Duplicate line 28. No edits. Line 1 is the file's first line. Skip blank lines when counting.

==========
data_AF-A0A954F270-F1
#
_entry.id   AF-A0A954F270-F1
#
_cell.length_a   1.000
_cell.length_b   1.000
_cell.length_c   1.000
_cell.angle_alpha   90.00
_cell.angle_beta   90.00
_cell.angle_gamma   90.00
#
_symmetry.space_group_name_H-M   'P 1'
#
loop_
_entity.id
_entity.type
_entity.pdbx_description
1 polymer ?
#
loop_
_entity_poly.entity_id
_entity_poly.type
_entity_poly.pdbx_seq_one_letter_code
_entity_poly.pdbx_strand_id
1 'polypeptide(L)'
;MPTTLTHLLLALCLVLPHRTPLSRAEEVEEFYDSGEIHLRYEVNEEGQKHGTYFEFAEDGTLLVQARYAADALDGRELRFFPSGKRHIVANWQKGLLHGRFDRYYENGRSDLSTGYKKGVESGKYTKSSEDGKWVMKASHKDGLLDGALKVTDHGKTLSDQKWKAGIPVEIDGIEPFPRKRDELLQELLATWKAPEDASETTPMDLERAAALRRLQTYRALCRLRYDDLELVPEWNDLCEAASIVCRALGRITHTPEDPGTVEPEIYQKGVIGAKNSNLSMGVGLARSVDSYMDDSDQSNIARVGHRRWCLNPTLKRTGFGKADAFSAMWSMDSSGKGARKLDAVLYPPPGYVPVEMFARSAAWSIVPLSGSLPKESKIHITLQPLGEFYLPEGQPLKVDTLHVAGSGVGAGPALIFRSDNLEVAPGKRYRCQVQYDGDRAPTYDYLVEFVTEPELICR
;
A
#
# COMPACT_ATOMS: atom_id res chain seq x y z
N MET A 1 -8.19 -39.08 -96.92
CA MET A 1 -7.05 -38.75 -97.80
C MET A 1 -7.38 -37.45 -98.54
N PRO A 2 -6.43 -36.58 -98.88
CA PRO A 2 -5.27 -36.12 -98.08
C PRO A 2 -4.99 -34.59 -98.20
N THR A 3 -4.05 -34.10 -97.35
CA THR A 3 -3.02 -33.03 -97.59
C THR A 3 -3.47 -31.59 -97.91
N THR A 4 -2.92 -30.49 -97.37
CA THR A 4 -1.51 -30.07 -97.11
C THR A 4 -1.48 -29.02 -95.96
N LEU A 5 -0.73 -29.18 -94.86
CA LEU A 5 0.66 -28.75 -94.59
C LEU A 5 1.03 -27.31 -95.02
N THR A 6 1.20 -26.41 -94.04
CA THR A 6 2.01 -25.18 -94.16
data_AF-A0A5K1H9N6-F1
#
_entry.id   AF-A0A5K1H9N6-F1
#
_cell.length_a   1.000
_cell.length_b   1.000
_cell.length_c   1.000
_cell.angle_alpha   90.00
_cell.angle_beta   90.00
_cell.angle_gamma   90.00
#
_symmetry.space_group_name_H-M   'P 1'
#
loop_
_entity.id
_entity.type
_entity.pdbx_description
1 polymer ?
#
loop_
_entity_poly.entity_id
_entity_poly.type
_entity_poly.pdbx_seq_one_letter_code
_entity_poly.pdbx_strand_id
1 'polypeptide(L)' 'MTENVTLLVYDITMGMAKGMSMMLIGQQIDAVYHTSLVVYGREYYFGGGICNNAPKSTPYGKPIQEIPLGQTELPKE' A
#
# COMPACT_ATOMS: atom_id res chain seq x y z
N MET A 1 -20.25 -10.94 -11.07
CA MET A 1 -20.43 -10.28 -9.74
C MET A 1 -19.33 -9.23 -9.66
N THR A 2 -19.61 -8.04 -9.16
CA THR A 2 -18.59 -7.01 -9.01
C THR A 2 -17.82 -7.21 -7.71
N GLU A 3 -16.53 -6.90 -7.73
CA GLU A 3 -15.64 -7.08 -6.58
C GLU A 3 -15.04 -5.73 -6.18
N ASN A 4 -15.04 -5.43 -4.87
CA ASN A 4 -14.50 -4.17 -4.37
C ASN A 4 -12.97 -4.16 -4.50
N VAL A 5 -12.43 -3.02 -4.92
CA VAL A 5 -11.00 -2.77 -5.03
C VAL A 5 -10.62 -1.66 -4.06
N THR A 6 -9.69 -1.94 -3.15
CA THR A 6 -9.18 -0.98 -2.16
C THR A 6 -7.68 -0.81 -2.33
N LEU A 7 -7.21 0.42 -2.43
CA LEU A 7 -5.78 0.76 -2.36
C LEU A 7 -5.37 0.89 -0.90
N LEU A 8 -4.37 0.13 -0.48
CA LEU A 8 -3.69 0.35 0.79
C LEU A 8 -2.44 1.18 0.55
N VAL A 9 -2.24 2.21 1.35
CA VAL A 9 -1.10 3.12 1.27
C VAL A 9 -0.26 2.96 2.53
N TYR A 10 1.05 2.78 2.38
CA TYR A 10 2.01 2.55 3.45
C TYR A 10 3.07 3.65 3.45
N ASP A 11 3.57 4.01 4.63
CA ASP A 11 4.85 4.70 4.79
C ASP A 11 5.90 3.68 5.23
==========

A